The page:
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Meteorology for All: Being some Weather Problems Explained

Naturevolume 105page323 (1920) | Download Citation



THE science of the weather may well make a wider appeal than any other branch of science, and the opening for a book which is not only scientifically accurate, but also simple and easily comprehended, is therefore very great. The author of the present work has realised that the opening exists, and has endeavoured to fill it, but his attempt can scarcely be considered successful. A few quotations will illustrate the nature of the book. In estimating cloud amounts on the scale 0-10 we are told that "if there is one cloud upon the horizon or in any part of the sky we put 1."For obtaining true bearings from a compass, “the magnetic variation in the British Isles is now 14°W.” Again: “There is no more sure precursor of a gale than the ‘wind-dog,’ or coloured parhelion” (p. 2), which may possess some degree of truth, but scarcely seems compatible with: “When these halos are coloured and accompanied by parhelia or mock suns, they generlly precede very dry weather” (p. 110). Even in such a simple matter as giving the equivalent velocities of the Beaufort numbers, the author falls into error. Some chapters are better than others, but the book can certainly not be recommended as a safe guide to put into the hands of the non-technical reader without previous knowledge of meteorology.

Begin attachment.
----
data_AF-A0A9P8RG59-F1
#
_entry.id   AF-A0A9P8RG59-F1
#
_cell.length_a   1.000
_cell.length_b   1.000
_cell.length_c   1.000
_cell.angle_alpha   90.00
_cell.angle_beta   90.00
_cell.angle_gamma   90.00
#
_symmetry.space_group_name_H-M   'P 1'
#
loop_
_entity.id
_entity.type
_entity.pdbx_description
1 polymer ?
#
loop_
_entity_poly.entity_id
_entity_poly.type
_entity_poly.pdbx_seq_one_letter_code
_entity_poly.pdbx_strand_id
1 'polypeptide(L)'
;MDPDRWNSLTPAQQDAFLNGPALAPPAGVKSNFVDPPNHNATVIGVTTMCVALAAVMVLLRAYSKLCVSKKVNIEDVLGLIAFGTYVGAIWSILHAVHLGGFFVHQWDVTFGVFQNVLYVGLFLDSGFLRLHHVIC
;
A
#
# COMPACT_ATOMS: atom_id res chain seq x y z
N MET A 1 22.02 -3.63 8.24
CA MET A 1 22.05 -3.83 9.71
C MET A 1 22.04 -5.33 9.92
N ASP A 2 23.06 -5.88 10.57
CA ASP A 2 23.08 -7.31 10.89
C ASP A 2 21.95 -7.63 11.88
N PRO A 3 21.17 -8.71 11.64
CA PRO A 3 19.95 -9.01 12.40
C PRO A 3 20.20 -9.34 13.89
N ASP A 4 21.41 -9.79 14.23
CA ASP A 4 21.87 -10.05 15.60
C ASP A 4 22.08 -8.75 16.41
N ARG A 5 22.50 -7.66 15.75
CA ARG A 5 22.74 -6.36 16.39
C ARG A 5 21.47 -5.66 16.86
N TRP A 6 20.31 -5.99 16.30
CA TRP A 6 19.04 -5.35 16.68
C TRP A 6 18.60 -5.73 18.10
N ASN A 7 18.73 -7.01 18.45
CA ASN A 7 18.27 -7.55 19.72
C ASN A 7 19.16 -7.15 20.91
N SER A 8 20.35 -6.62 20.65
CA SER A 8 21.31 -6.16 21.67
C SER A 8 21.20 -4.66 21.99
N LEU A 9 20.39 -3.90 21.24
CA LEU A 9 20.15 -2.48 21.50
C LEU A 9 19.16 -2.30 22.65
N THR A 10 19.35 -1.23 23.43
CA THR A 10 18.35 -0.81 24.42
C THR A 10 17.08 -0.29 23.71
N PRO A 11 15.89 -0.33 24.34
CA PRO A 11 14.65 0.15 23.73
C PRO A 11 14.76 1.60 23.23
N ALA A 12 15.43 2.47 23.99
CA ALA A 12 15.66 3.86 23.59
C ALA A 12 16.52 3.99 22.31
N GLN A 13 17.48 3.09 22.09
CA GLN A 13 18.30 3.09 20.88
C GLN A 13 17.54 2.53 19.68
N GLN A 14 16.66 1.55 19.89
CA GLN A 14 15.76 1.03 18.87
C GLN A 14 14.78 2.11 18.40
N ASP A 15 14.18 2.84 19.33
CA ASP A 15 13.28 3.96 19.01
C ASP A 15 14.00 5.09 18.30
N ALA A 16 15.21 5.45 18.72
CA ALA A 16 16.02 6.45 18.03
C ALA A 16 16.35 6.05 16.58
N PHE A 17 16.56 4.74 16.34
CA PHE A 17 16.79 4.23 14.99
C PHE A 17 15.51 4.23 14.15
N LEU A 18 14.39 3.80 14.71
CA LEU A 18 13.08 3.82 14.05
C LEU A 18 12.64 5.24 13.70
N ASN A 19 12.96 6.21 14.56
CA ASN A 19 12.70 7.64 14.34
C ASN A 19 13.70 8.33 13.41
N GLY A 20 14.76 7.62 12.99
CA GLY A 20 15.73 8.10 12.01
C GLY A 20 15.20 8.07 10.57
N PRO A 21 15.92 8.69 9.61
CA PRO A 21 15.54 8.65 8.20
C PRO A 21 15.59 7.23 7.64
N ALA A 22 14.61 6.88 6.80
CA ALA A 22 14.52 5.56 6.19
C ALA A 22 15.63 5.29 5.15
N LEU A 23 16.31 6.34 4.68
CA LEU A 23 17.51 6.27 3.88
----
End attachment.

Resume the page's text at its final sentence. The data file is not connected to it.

Meteorology for All: Being some Weather Problems Explained.


Donald W.


By. With an Introduction by M. de Carle S. Salter. Pp. xvi + 184 + vii plates. (London: Witherby and Co., 1919.) Price 6s. net.

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